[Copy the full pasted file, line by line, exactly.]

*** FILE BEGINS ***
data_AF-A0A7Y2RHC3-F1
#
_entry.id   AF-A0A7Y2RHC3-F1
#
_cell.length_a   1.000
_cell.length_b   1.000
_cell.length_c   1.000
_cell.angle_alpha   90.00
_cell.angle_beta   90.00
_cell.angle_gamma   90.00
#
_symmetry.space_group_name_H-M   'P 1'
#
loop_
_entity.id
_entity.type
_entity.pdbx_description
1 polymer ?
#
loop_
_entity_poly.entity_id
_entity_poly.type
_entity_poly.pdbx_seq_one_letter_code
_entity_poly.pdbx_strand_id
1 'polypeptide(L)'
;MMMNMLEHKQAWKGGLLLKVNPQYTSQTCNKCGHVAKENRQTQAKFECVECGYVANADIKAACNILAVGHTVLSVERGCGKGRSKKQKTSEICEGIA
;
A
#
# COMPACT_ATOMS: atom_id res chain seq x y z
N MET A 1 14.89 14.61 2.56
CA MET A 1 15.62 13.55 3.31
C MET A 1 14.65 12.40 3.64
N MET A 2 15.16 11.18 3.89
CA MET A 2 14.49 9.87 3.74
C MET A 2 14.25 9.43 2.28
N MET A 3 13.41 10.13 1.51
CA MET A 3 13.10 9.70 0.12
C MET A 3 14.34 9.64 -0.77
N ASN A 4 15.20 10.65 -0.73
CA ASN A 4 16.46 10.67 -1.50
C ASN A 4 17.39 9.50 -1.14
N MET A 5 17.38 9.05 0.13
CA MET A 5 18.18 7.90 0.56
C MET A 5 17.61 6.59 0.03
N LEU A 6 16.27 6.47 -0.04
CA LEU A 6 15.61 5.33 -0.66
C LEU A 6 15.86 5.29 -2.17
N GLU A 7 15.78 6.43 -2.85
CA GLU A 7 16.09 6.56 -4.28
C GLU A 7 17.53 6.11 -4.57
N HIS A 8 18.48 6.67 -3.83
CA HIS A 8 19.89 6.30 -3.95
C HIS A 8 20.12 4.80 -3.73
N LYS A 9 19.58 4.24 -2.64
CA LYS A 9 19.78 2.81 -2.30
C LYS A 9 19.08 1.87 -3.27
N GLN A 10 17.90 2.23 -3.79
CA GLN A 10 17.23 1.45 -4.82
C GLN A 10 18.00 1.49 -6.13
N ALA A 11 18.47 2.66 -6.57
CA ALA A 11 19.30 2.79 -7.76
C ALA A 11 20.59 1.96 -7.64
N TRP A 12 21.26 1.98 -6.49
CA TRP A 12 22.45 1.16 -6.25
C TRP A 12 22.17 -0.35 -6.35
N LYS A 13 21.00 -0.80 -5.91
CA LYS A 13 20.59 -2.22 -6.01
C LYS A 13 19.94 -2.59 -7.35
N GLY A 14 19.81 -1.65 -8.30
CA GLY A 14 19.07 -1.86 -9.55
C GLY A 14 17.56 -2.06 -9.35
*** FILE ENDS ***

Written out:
data_AF-A0A7Y2RHC3-F1
#
_entry.id   AF-A0A7Y2RHC3-F1
#
_cell.length_a   1.000
_cell.length_b   1.000
_cell.length_c   1.000
_cell.angle_alpha   90.00
_cell.angle_beta   90.00
_cell.angle_gamma   90.00
#
_symmetry.space_group_name_H-M   'P 1'
#
loop_
_entity.id
_entity.type
_entity.pdbx_description
1 polymer ?
#
loop_
_entity_poly.entity_id
_entity_poly.type
_entity_poly.pdbx_seq_one_letter_code
_entity_poly.pdbx_strand_id
1 'polypeptide(L)'
;MMMNMLEHKQAWKGGLLLKVNPQYTSQTCNKCGHVAKENRQTQAKFECVECGYVANADIKAACNILAVGHTVLSVERGCGKGRSKKQKTSEICEGIA
;
A
#
# COMPACT_ATOMS: atom_id res chain seq x y z
N MET A 1 14.89 14.61 2.56
CA MET A 1 15.62 13.55 3.31
C MET A 1 14.65 12.40 3.64
N MET A 2 15.16 11.18 3.89
CA MET A 2 14.49 9.87 3.74
C MET A 2 14.25 9.43 2.28
N MET A 3 13.41 10.13 1.51
CA MET A 3 13.10 9.70 0.12
C MET A 3 14.34 9.64 -0.77
N ASN A 4 15.20 10.65 -0.73
CA ASN A 4 16.46 10.67 -1.50
C ASN A 4 17.39 9.50 -1.14
N MET A 5 17.38 9.05 0.13
CA MET A 5 18.18 7.90 0.56
C MET A 5 17.61 6.59 0.03
N LEU A 6 16.27 6.47 -0.04
CA LEU A 6 15.61 5.33 -0.66
C LEU A 6 15.86 5.29 -2.17
N GLU A 7 15.78 6.43 -2.85
CA GLU A 7 16.09 6.56 -4.28
C GLU A 7 17.53 6.11 -4.57
N HIS A 8 18.48 6.67 -3.83
CA HIS A 8 19.89 6.30 -3.95
C HIS A 8 20.12 4.80 -3.73
N LYS A 9 19.58 4.24 -2.64
CA LYS A 9 19.78 2.81 -2.30
C LYS A 9 19.08 1.87 -3.27
N GLN A 10 17.90 2.23 -3.79
CA GLN A 10 17.23 1.45 -4.82
C GLN A 10 18.00 1.49 -6.13
N ALA A 11 18.47 2.66 -6.57
CA ALA A 11 19.30 2.79 -7.76
C ALA A 11 20.59 1.96 -7.64
N TRP A 12 21.26 1.98 -6.49
CA TRP A 12 22.45 1.16 -6.25
C TRP A 12 22.17 -0.35 -6.35
N LYS A 13 21.00 -0.80 -5.91
CA LYS A 13 20.59 -2.22 -6.01
C LYS A 13 19.94 -2.59 -7.35
N GLY A 14 19.81 -1.65 -8.30
CA GLY A 14 19.07 -1.86 -9.55
C GLY A 14 17.56 -2.06 -9.35